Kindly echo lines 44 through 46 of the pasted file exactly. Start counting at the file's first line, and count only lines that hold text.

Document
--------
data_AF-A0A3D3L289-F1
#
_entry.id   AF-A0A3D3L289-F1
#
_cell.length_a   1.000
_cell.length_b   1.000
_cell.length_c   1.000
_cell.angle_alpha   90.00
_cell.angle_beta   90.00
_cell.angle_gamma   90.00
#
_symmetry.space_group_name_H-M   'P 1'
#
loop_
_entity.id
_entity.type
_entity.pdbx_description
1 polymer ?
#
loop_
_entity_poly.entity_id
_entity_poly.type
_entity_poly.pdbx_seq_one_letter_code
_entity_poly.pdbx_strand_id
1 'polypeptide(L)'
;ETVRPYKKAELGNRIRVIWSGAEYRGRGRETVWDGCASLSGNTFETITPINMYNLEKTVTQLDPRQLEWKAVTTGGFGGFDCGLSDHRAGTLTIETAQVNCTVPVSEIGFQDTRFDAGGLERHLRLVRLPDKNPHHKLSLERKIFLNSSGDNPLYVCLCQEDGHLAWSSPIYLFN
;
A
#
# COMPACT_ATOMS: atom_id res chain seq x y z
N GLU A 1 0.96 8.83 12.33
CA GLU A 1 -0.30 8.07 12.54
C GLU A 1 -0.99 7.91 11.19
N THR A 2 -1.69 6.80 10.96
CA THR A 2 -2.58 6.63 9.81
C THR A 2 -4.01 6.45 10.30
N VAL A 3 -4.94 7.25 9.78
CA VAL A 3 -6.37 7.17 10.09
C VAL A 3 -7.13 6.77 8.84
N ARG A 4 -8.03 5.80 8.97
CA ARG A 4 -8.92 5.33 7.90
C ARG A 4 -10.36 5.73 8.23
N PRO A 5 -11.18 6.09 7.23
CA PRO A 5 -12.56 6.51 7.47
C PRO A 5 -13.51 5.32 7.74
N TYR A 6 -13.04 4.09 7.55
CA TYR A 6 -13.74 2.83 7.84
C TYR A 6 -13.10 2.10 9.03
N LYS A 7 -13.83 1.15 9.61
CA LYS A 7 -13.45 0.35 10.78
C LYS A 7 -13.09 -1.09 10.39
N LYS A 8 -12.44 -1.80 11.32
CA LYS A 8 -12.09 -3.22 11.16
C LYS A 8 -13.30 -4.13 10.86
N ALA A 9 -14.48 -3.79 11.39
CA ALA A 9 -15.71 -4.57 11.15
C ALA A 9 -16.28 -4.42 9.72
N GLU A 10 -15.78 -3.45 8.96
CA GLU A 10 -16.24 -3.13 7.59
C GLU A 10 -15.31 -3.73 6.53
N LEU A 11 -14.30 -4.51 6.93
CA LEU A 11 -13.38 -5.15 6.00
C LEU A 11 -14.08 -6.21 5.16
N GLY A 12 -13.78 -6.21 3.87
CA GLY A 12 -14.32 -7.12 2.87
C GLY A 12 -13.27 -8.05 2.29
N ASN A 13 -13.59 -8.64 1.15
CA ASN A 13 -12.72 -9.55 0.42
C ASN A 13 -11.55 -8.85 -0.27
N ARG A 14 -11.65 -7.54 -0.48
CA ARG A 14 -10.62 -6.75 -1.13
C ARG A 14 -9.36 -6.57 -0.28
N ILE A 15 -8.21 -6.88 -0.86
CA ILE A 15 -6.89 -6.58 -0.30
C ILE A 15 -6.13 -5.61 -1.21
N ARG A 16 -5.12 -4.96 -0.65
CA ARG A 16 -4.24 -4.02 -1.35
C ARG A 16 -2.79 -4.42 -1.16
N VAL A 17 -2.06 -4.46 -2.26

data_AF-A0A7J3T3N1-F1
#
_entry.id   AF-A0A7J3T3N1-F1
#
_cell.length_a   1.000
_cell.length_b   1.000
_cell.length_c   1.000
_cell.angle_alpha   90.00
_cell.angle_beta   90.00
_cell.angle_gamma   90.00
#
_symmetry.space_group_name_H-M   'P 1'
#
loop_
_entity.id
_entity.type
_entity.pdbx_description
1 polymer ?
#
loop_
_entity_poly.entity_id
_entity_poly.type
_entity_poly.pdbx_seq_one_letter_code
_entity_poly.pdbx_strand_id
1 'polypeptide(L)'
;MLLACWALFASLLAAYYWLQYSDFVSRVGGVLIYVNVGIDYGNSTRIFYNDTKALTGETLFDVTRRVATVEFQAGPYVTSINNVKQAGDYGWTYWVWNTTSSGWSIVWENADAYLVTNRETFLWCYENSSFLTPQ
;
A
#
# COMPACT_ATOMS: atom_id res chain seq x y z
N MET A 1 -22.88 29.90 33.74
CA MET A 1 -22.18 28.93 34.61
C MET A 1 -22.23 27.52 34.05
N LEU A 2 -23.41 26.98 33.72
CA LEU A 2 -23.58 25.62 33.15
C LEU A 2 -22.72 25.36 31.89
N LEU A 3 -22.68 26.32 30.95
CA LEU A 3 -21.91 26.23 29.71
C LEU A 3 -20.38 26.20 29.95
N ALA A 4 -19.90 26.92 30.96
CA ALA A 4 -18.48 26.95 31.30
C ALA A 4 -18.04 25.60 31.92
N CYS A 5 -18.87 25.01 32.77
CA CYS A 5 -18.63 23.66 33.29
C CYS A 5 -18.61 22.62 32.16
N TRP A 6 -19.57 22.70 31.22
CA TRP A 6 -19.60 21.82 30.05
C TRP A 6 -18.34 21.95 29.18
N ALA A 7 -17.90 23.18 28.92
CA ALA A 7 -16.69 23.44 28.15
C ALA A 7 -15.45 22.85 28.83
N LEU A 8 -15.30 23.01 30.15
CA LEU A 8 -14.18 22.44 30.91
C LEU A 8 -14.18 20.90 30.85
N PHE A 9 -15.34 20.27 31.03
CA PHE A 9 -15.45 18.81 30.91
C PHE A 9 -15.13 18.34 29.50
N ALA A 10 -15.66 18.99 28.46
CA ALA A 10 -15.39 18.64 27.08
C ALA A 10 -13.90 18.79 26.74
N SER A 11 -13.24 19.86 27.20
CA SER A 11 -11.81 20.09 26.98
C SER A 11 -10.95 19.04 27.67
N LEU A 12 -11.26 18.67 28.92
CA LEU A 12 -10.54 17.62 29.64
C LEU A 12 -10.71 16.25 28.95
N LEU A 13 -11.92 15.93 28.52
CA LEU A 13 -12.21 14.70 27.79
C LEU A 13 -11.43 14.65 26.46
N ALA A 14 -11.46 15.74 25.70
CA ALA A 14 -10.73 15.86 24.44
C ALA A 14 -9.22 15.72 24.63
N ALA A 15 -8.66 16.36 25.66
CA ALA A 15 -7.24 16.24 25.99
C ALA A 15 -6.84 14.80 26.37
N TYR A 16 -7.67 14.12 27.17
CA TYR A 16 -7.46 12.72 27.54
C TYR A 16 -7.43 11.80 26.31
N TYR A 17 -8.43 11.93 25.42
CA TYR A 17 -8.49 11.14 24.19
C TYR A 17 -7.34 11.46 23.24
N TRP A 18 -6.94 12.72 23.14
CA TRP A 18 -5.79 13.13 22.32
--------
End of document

CA PRO A 5 -12.56 6.51 7.47
C PRO A 5 -13.51 5.32 7.74
N TYR A 6 -13.04 4.09 7.55